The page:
In the average adult human, there are an estimated 100,000 miles of capillaries, veins and arteries — the plumbing that carries life-sustaining blood to every part of the body, including vital organs such as the heart and the brain.
When things go wrong with vasculature, the result can be a heart attack, stroke or other life-threatening or chronic condition. An estimated 8.5 million people in the United States alone have diseased arteries, and diseases of the blood vessels kill more people worldwide than any other condition.
But now scientists are poised to get a better look at the fundamental development of the cells that make up blood vessels and how they can be more reliably cultured in the laboratory dish. Writing in Cell Reports, a team led by Igor Slukvin, a University of Wisconsin–Madison professor of pathology and laboratory medicine, and cell and regenerative biology, describes the developmental pathway that gives rise to the different types of cells that make up human vasculature.
“If you know how cells develop, you can design appropriate therapies,” Slukvin explains. “We have been able to develop the conditions to make these different types of cells in the lab.”
The advance reported by Slukvin’s team, with lead author Akhilesh Kumar, a staff scientist with the Wisconsin National Primate Research Center, is important because it provides a blueprint for how vasculature arises at the earliest stages of development. Now, scientists can study the cells that compose blood vessles and devise new models for studying blood vessel disease. Critically, the discovery of methods to generate the building-block cells could help set the stage for engineering blood vessels in the laboratory for disease modeling, drug screening and therapeutic purposes.
Access to the cells that compose blood vessels and knowing their developmental pathway as they arise from a common progenitor — known as a mesenchymoangioblast — to become endothelial and mesenchymal cells, helps solve a fundamental problem in blood vessel tissue engineering: providing ready access to sources of cells to grow vessels for therapy.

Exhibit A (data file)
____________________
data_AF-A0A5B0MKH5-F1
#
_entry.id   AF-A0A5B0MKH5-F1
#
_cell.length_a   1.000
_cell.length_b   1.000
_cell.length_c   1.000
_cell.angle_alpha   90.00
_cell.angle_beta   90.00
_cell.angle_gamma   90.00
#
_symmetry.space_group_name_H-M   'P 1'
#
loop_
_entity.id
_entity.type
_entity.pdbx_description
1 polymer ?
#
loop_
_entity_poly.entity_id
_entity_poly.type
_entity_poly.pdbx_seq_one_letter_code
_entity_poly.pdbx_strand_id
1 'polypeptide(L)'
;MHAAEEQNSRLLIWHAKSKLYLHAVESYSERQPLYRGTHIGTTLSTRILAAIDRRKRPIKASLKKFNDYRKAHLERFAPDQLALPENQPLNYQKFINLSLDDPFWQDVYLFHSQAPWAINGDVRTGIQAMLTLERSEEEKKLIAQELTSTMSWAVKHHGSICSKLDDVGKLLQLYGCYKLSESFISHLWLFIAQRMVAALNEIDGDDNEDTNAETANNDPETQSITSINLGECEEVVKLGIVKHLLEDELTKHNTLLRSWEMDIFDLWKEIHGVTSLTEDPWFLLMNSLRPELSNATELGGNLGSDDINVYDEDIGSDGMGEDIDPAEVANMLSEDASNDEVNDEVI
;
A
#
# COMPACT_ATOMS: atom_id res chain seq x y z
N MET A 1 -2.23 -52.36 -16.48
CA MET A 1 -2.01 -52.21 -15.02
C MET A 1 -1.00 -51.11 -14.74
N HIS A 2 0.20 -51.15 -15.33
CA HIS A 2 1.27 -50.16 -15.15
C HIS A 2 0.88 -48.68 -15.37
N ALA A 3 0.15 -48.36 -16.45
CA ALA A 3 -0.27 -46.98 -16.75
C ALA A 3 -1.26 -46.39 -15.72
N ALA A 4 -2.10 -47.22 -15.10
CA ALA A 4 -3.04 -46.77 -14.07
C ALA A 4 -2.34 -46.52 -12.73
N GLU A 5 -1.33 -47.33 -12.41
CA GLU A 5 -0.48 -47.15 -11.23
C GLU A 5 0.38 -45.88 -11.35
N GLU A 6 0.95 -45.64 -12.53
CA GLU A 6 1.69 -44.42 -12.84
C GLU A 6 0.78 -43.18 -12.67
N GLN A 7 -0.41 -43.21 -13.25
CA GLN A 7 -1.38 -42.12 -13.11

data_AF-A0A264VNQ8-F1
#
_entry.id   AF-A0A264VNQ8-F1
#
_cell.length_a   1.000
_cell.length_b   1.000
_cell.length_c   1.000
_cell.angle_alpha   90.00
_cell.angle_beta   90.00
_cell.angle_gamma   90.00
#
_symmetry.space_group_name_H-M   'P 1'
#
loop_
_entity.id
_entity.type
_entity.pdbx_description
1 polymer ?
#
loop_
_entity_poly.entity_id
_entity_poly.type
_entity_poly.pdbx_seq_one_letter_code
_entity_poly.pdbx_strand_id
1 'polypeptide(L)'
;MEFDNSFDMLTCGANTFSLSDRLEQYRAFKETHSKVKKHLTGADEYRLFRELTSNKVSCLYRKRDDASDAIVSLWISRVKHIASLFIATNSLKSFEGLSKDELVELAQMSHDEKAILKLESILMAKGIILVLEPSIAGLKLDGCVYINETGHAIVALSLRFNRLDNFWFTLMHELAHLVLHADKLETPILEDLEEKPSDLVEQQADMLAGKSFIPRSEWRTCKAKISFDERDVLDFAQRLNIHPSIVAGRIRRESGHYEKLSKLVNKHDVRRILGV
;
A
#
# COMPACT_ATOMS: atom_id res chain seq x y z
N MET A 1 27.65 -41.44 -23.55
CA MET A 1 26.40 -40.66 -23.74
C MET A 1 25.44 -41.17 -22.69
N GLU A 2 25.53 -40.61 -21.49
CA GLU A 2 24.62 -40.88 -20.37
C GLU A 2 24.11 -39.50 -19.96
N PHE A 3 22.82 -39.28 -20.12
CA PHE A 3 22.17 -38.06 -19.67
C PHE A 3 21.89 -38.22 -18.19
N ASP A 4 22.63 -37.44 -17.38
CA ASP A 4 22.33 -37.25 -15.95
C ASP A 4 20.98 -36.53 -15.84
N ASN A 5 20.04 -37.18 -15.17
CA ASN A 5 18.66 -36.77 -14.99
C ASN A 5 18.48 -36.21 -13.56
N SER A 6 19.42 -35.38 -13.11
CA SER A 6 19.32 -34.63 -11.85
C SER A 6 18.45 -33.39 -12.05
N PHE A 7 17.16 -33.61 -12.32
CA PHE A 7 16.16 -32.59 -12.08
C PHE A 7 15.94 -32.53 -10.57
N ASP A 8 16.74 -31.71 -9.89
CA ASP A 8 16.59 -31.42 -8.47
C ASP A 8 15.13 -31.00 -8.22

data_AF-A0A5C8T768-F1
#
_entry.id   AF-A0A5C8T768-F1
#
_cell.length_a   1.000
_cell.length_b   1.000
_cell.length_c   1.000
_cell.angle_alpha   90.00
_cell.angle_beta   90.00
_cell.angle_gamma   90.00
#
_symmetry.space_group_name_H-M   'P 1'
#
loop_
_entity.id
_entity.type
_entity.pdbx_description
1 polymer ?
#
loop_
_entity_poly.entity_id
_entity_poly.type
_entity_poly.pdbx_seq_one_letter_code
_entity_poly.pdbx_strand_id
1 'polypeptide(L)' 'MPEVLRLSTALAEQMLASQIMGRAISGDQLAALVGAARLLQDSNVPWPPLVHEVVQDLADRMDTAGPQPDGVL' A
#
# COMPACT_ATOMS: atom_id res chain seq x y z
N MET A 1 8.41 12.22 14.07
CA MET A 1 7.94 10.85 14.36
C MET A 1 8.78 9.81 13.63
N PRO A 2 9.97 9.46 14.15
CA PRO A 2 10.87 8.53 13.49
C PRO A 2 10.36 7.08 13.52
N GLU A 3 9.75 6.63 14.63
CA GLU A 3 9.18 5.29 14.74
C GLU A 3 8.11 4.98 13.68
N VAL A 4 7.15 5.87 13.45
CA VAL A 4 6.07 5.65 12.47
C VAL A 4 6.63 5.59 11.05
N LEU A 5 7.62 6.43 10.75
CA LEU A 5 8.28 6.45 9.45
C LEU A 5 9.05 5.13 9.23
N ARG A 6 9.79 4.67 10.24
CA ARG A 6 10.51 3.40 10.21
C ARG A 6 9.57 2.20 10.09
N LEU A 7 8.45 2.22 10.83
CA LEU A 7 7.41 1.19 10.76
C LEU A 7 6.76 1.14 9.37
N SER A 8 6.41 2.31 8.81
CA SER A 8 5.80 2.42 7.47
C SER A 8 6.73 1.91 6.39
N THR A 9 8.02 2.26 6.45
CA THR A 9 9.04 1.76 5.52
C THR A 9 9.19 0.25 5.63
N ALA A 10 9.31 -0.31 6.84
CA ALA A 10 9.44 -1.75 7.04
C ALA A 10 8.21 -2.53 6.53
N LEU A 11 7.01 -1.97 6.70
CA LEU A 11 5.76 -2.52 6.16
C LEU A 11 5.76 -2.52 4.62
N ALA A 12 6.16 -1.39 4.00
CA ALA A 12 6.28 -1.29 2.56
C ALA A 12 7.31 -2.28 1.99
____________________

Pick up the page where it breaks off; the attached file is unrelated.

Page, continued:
“Now, investigators will have access to a plethora of new cell type alternatives for vascular engineering,” says Kumar, noting that the new Wisconsin study, paired with the native abilities of the progenitor stem cells to proliferate and differentiate to different cell types in culture, can potentially accelerate the time it takes to grow vascular grafts.
A central finding in the new study is the discovery of cell markers to identify the different types of cells in the lab dish. Scientists can identify the different types of vascular cells in living tissue. For example, pericytes are associated with small vessels such as capillaries, while smooth muscle cells contribute to the vascular wall of larger vessels. However, when cells are made de novo in culture, it was difficult to distinguish one cell type from another.
“In the body, we can identify the cells by location,” notes Slukvin, whose faculty appointment is in the UW School of Medicine and Public Health. “We couldn’t do that in the lab dish. We needed to identify the cell type-specific markers.”
In the study, Kumar found that cells that compose blood vessels arise from the common mesenchymoangioblast progenitor, a cell type that also gives rise to tissues such as bone, cartilage and muscle. The ability to trace the developmental pathway that gives rise to the cells that make up blood vessels gives science a potent pathway to devise new cellular therapies: “If you know how cells develop, we can design appropriate therapies,” Slukvin says.
Now, blood vessels and arteries used to treat patients often come from the patients themselves. Creating new blood vessels from scratch for therapy is still far from reality, but the new Wisconsin study is an essential step toward that goal. Engineering tissue for therapy is a drawn-out process, but the use of induced pluripotent stem cells to create tissue banks from patients whose genetic profiles make them compatible donors for most people is a strategy being actively explored, including by a Morgridge Institute for Research collaboration led by Wisconsin stem cell pioneer James Thomson, a co-author of the new study.
More immediate application of the research, says Slukvin, lies in being able to create laboatory models for vascular disease. The models will inform a better basic understanding of what goes wrong in killers such as coronary artery disease and genetic diseases that affect vasculature. Moreover, the cells can be used in high-throughput drug screens, accelerating the pace of development of new drugs and repurposing old ones to treat vascular ailments.
This article has been republished from materials provided by the University of Wisconsin-Madison. Note: material may have been edited for length and content. For further information, please contact the cited source.